Things I Learned on the Way to Looking up Other Things #26

5 Nov

Val Haltren’s Off-Season

Despite having hit .331, .340, and .351 in the three seasons since the New York Giants bought him, The New York Telegraph said one of his teammates did not approve of George Van Haltern returning home to California to play winter ball:

“One of the members of the New York team said the other day if Van Haltren would stay one winter where the weather was cold enough to brace him up , it would do him more good than a spring trip to get him is condition.”

National League President Nick Young told the paper, no player should play winter ball:

“Ball players should have the benefit of six months’ rest in the year. The strain of the long championship games is a severe tax, though few players realize it. They ought to save enough money to last through the winter, and take things easy.”

Van Haltren hit .301 or better for the next five years, even though he spent each winter in California—until he broke his ankle sliding during a game in 1902 all but ended his career.

vanhaltren

George Van Haltren

The Color Line, 1932

When the New York Yankees swept the Cubs four games to none in the 1932 World Series, Dizzy Dismukes, writing in The Pittsburgh Courier, said the series reignited talk of baseball integration:

“With the World Series over in four straight wins, fans who think little of the playing abilities of race ballplayers are now prophesying as how the Grays, the Crawfords, Black Yankees, Black Sox and any number of race clubs would have made a better showing against the Yankees.”

Nope

When the New York Yankees lost their first game of the 1938 season, in the midst of Joe DiMaggio’s holdout—he did not return until the 13th game—a reporter from The Associated Press tracked him down at his restaurant, Joe DiMaggio’s Grotto, on Fisherman’s Wharf in San Francisco:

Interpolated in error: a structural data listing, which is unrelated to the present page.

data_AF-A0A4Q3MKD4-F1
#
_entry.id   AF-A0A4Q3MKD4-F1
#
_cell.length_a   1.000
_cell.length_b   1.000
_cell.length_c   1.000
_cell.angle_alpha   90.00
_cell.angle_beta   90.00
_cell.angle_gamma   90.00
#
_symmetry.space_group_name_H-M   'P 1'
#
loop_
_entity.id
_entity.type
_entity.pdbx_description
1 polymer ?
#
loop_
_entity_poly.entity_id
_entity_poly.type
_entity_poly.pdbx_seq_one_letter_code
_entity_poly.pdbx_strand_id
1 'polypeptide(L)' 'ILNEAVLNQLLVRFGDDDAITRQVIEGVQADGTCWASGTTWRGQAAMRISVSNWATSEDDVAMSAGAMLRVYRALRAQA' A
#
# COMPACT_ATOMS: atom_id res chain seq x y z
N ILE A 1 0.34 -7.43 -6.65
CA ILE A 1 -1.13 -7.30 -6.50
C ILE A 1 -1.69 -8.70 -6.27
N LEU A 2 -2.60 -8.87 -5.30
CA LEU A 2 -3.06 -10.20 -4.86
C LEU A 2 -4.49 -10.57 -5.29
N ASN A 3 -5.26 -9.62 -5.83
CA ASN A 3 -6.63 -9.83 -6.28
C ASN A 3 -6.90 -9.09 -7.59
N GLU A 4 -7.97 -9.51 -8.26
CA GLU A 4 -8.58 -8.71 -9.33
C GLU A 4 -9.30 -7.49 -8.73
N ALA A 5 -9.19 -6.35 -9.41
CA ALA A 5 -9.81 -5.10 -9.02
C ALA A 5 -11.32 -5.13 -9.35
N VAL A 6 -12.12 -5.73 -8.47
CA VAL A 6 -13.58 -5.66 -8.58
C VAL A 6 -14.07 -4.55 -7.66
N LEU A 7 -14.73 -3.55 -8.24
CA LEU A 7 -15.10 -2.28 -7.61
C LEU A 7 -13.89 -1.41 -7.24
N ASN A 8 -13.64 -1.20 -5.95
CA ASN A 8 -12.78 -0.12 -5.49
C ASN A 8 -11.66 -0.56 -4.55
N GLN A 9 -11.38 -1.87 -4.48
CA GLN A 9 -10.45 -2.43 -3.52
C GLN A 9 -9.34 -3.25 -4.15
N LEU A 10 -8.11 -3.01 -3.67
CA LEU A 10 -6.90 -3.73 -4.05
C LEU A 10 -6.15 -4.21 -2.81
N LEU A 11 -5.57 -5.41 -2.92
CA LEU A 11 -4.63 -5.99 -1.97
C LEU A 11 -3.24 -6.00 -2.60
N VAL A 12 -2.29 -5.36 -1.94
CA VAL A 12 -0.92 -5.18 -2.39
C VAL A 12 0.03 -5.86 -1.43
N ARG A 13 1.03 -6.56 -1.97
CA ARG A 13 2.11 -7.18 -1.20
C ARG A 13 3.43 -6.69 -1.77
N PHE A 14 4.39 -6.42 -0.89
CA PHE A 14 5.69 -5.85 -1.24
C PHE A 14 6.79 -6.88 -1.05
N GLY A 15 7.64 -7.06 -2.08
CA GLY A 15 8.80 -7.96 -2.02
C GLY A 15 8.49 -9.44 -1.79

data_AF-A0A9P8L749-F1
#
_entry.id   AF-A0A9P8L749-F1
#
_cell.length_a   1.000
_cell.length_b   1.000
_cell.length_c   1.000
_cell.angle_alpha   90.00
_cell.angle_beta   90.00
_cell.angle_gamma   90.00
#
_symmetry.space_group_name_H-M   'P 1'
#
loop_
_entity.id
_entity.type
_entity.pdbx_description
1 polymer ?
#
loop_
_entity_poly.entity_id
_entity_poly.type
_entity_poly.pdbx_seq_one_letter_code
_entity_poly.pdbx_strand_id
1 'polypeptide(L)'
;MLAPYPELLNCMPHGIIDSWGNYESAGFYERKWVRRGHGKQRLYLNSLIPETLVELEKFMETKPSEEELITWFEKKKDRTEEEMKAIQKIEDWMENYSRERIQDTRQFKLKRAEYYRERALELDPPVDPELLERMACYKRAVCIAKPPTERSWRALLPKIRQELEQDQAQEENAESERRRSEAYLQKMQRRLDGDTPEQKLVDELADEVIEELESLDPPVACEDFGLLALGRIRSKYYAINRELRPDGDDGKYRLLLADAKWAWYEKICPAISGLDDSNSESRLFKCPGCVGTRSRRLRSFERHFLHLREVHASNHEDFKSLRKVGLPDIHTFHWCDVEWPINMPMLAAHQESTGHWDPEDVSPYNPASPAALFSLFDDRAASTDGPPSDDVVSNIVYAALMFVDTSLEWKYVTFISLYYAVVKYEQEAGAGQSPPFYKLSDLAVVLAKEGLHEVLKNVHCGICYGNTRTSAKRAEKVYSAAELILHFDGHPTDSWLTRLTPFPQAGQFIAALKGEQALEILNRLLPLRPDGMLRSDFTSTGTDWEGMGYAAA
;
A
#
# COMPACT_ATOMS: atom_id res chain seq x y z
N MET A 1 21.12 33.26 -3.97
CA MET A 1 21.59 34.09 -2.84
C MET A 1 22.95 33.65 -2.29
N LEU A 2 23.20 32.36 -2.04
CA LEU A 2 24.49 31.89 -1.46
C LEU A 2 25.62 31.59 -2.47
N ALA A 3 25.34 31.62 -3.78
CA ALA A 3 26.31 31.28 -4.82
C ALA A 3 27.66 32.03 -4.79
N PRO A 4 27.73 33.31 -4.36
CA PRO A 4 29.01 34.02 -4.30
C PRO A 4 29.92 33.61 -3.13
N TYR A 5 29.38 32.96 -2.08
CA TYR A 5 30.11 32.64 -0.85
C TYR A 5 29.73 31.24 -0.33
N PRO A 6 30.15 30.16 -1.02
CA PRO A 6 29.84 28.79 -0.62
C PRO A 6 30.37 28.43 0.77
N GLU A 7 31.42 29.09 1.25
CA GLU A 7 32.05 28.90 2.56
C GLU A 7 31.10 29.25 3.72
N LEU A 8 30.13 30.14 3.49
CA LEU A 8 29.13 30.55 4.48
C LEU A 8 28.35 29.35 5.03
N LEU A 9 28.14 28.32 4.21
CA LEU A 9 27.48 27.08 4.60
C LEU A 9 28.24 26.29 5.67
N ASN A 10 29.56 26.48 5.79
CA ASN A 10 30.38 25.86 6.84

“Joe ‘was sorry’ to hear that the Yankees lost…but covered the holdout situation in eight flowing words…

“Have you contacted (Yankees owner Jacob) Rupert? He was asked.

“’Nope,’ was the reply.

“Will you accept $25,000?

“’Nope.’

“Will you appeal to Judge Landis?

“’Nope.’

“Will you play for anybody?

“’Nope.’

“Has Rupert contacted you recently?

“’Nope.’

“Is any settlement looming?

“’Nope.’

“Are you doing anything about the situation?

“’Nope.’

With that, DiMaggio returned to “selling fish dinners.”

DiMaggio appeared in his first game for the 6-6 Yankees on April 30. They went 93-57 the rest of the way, he hit .324 with 32 home runs and 140 RBI.

dimaggiosigns

With Ed Barrow looking on, Joe DiMaggio ends his holdout and shakes hands with Jacob Rupert

Cobb’s Stolen Bats

A small item in The Detroit Times in December of 1915 said the home of Frank J. Brady, the “property man” of the Detroit Tigers had been robbed.

Among the haul:

“(T)wo of Ty Cobb’s favorite bats, Catcher (Oscar) Stanage and shortstop (Donie) Bush also lost equipment which they valued highly.”

Also stolen was “the glove worn by George Mullin” when he pitched his no hitter. There was no record of the items being recovered. The paper valued the loss at “several hundred dollars.”

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